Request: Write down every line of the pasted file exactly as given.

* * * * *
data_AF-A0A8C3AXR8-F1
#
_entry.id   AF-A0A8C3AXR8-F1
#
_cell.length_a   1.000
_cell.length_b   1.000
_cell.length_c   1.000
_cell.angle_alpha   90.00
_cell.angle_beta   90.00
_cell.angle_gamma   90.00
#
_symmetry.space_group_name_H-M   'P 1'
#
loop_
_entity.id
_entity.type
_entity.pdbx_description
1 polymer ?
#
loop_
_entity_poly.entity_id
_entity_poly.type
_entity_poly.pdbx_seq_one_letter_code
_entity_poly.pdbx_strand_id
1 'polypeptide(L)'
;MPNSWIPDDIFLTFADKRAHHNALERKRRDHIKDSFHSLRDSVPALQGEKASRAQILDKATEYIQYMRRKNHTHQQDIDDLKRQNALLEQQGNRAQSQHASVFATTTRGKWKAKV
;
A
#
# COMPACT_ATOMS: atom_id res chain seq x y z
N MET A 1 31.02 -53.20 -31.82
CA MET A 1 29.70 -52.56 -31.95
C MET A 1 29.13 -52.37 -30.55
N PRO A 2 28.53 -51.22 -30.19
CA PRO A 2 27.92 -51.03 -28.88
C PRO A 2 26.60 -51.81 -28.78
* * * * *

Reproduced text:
data_AF-A0A8C3AXR8-F1
#
_entry.id   AF-A0A8C3AXR8-F1
#
_cell.length_a   1.000
_cell.length_b   1.000
_cell.length_c   1.000
_cell.angle_alpha   90.00
_cell.angle_beta   90.00
_cell.angle_gamma   90.00
#
_symmetry.space_group_name_H-M   'P 1'
#
loop_
_entity.id
_entity.type
_entity.pdbx_description
1 polymer ?
#
loop_
_entity_poly.entity_id
_entity_poly.type
_entity_poly.pdbx_seq_one_letter_code
_entity_poly.pdbx_strand_id
1 'polypeptide(L)'
;MPNSWIPDDIFLTFADKRAHHNALERKRRDHIKDSFHSLRDSVPALQGEKASRAQILDKATEYIQYMRRKNHTHQQDIDDLKRQNALLEQQGNRAQSQHASVFATTTRGKWKAKV
;
A
#
# COMPACT_ATOMS: atom_id res chain seq x y z
N MET A 1 31.02 -53.20 -31.82
CA MET A 1 29.70 -52.56 -31.95
C MET A 1 29.13 -52.37 -30.55
N PRO A 2 28.53 -51.22 -30.19
CA PRO A 2 27.92 -51.03 -28.88
C PRO A 2 26.60 -51.81 -28.78